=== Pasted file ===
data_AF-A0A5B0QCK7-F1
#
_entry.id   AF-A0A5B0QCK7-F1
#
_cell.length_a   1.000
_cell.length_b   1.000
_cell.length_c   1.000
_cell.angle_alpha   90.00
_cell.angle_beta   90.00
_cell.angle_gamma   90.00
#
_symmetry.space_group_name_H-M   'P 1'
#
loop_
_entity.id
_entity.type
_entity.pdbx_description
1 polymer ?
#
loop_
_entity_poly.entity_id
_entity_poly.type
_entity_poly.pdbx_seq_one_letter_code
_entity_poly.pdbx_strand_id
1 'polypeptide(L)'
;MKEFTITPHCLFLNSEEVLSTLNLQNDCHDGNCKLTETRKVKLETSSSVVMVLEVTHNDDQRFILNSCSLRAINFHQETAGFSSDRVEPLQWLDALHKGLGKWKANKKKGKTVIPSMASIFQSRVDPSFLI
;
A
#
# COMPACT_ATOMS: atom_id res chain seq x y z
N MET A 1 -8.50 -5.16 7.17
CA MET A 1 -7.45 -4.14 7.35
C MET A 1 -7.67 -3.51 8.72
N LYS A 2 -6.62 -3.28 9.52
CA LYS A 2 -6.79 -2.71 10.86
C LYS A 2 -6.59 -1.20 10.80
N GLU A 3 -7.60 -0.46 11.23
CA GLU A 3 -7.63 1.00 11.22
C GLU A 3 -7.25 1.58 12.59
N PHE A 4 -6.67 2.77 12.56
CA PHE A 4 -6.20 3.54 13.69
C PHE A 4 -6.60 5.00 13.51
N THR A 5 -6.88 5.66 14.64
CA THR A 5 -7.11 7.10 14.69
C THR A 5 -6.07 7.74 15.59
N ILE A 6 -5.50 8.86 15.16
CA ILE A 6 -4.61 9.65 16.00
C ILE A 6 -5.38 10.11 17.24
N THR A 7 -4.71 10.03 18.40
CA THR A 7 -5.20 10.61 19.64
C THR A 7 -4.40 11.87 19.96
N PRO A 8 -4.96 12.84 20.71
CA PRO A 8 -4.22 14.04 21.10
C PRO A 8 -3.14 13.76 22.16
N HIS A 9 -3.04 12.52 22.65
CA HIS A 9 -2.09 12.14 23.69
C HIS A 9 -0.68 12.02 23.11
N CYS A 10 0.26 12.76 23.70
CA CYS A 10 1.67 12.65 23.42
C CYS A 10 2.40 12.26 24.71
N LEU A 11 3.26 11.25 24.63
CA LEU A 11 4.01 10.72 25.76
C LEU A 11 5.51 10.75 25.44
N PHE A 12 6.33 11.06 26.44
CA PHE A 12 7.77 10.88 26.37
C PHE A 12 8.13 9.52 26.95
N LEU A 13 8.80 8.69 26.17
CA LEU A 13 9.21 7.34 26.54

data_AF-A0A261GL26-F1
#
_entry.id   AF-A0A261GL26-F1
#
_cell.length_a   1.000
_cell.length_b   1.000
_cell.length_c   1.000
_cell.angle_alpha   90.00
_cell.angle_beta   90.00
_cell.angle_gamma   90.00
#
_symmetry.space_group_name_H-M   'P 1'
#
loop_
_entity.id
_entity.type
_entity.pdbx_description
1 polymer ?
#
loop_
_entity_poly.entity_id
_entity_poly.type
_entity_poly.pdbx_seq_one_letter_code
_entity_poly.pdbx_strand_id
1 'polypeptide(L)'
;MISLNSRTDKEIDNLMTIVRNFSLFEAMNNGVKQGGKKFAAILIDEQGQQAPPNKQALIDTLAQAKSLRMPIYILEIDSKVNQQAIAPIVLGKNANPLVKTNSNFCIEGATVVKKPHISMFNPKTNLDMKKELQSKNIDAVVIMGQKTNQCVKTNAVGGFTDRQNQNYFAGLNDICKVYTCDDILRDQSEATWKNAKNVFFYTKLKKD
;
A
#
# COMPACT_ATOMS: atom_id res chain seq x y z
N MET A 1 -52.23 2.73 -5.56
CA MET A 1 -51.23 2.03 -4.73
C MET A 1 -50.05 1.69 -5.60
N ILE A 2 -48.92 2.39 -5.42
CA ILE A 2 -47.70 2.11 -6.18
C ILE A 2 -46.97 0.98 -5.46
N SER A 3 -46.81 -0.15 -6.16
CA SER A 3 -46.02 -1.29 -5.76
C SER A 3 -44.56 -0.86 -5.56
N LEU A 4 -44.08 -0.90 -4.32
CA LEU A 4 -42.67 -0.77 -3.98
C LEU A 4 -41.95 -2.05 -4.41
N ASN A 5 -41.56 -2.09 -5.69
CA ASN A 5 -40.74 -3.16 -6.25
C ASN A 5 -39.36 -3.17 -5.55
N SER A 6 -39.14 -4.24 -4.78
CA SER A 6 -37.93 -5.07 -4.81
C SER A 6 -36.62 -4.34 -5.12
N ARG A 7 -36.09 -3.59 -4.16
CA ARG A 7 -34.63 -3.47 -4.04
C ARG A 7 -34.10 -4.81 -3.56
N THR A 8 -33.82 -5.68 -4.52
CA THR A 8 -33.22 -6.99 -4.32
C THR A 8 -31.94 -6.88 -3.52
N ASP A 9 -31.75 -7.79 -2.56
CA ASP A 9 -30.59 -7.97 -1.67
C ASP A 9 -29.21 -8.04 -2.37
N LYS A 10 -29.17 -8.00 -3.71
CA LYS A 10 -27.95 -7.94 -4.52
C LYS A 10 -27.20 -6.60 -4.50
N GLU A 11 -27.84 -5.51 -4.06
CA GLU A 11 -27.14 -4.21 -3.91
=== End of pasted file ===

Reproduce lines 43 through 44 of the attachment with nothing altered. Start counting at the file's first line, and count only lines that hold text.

N THR A 5 -6.88 5.66 14.64
CA THR A 5 -7.11 7.10 14.69